A new report released last week by Frontier Economics has found that the Severn Barrage is “expensive compared to other renewables and that the government could use cheaper green technologies in its attempt to meet its renewables targets.” All this adds to the growing evidence that a barrage is not the way to go.Photos: two different concepts for the Severn, a century and a half apart. Thomas Fulljames' idea (top) and one of several of the more recent I have seen (bottom).As noted here I have been delighted so far by our District Council, who have raised concerns about this project - like the impact it would have on Slimbridge and concerns that alternatives to the barrage like tidal lagoons get properly considered. I have also raised the issue re the way the study is being dne for the Shoots barrage (see here).
Tidal Power More Expensive Than Other Renewables
Anyhow this study released last week, was commissioned by the Royal Society for 10 environmental groups including the Protection of Birds, the National Trust and WWF-UK. It found that the £15 billion project would be far better spent on more proven technologies such as wind, hydro or solar. Matthew Bell, the report's author is quoted saying: “Even using the most conservative estimates of costs, the barrage is one of the most expensive options for clean energy there is.”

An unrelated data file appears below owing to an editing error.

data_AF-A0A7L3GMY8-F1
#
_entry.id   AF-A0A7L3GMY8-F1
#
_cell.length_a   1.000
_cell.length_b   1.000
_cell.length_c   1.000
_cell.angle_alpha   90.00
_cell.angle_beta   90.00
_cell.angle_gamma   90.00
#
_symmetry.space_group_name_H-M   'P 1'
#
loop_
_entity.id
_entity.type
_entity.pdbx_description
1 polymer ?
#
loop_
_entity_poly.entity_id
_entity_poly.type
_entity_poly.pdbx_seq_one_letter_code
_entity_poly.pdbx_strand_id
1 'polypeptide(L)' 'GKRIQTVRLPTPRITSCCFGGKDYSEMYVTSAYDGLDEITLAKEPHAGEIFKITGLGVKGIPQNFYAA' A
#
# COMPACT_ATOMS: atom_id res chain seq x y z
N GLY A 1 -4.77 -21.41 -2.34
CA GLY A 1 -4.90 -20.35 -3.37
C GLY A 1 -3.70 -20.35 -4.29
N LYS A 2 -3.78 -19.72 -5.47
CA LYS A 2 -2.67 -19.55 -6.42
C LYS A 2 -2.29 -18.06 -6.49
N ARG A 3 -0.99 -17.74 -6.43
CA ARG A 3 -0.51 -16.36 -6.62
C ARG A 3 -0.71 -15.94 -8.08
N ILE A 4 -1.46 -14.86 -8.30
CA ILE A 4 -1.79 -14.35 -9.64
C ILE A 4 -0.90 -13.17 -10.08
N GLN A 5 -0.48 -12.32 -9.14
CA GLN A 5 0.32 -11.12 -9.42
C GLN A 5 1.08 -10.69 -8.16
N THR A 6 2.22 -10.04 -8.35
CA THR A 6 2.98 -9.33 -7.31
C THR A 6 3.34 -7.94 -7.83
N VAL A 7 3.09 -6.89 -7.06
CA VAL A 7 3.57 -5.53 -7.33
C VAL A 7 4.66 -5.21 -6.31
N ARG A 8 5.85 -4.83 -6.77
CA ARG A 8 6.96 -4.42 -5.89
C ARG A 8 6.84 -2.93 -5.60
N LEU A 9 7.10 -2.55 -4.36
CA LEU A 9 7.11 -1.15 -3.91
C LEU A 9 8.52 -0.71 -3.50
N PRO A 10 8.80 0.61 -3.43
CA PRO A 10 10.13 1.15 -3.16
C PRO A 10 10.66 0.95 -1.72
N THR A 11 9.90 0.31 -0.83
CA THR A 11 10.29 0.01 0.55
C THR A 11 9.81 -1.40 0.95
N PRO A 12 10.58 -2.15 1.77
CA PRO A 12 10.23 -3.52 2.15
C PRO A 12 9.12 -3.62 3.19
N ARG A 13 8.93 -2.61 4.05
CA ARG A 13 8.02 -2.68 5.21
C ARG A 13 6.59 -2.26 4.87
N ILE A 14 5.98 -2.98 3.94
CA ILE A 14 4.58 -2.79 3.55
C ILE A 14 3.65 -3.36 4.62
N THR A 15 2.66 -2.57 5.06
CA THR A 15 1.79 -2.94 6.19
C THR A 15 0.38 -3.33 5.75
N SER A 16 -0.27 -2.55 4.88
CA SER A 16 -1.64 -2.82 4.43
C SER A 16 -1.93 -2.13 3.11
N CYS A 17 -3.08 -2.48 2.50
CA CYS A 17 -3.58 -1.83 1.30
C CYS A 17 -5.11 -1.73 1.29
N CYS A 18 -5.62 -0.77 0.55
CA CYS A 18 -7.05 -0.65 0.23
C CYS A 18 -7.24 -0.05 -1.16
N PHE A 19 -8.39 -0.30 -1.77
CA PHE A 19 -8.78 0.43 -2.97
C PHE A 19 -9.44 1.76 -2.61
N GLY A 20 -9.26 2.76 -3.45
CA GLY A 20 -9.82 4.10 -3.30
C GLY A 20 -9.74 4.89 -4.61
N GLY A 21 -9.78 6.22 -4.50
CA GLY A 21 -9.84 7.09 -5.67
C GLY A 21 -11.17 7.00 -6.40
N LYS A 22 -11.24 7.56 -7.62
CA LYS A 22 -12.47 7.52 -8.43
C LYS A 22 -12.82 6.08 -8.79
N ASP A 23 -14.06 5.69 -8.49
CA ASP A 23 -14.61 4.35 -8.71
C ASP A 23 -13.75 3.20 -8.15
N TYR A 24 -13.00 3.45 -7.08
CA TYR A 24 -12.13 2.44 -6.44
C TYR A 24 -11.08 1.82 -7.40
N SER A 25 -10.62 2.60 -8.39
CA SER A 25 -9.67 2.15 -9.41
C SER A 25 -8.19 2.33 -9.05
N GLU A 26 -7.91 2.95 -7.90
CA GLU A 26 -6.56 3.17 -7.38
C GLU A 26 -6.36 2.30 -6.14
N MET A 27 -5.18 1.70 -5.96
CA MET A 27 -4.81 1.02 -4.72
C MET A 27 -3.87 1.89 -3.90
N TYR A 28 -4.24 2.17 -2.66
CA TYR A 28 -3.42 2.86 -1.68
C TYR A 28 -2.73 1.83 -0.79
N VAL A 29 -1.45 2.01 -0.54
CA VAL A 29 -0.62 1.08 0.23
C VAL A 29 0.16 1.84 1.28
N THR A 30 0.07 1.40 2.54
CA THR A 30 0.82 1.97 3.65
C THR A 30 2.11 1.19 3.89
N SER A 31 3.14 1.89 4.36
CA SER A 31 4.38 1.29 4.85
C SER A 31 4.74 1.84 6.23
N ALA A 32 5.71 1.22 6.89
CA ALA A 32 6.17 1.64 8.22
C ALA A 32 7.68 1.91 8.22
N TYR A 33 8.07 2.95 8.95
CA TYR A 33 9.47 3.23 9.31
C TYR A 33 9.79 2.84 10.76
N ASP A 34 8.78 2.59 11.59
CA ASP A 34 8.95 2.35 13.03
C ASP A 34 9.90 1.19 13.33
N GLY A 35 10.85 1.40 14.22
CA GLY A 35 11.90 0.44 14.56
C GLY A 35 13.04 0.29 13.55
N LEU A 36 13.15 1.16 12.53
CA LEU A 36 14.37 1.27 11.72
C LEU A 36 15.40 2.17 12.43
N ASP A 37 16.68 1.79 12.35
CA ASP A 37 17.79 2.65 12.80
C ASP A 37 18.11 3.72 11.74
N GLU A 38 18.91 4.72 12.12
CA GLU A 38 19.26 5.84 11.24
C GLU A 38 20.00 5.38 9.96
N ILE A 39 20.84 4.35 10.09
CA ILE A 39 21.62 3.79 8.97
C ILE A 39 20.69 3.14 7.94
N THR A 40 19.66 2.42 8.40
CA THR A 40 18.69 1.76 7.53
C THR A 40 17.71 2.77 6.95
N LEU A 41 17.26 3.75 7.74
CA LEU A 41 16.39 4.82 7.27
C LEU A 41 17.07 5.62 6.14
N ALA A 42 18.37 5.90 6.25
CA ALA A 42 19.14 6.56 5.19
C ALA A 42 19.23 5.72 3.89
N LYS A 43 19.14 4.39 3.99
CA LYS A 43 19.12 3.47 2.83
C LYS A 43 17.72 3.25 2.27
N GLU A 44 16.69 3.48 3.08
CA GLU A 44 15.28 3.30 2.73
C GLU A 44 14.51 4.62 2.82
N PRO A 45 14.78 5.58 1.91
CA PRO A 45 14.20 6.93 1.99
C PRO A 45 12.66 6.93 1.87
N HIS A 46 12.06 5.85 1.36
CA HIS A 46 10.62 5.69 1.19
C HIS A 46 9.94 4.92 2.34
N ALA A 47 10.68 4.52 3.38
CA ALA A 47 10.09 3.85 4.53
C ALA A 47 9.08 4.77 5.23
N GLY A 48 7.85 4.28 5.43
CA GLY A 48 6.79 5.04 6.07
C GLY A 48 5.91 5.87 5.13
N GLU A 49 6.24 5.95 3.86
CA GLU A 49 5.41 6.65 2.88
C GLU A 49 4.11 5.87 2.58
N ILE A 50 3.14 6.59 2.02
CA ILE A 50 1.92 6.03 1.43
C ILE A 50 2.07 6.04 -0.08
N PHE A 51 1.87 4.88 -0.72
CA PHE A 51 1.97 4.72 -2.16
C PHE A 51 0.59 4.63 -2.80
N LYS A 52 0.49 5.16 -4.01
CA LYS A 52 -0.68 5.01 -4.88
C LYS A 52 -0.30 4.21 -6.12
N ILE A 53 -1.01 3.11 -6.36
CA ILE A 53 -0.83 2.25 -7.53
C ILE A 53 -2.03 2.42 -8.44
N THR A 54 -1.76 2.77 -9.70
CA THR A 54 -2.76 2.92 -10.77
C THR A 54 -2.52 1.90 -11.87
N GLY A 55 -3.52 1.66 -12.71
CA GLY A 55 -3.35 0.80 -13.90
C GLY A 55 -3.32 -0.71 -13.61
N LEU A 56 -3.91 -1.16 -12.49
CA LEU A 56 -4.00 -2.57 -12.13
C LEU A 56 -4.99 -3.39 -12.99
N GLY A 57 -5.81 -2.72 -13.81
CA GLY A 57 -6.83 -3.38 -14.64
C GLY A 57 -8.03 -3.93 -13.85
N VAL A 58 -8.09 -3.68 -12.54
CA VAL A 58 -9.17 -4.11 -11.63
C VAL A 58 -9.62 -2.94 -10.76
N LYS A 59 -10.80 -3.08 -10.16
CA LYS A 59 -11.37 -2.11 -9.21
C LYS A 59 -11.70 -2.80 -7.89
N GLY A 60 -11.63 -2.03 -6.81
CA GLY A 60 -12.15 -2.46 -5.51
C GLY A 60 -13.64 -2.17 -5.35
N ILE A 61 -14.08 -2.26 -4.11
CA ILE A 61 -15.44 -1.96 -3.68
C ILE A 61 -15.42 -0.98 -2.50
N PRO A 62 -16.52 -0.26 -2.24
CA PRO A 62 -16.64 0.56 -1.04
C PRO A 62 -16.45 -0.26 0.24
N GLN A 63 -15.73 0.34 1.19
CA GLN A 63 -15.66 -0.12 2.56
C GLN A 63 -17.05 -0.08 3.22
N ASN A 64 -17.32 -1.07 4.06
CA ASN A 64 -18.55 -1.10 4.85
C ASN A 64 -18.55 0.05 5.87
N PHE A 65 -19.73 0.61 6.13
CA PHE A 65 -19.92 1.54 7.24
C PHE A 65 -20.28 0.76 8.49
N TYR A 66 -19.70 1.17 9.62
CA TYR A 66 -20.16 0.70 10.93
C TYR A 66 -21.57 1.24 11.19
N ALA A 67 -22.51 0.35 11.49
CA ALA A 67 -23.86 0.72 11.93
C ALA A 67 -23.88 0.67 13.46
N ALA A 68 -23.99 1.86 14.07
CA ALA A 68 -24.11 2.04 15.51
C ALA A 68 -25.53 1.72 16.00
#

What’s more, the report came to its conclusions without even considering the environmental impact on the sensitive local ecology. According to David Mussbaum of WWF-UK “Financial support for an expensive, inflexible and highly damaging technology like the proposed Severn barrage would not be a good use of taxpayer’s money.”
Let us now hope that options like Tidal Lagoons will get their fair share of attention: they seem to offer a less ecologically damaging way forward.
Plans to Harness the Severn Have Long History
Proposals for harnessing the power of the Severn estuary go back a long way - in 1849 Thomas Fulljames suggested damming the river to build a shipping harbor and for flood control! Since then at least a dozen proposals or studies have looked into the feasibility of generating electricity from the Severn. The most recent is the 10-mile long barrage from Cardiff to Weston-super-Mare which would generate 8.6 GW of 'clean' power and meet around 5% of Britain’s power needs. Although some 5m tonnes of CO2 will be emitted during construction and another 5m tonnes emitted during transport of the materials.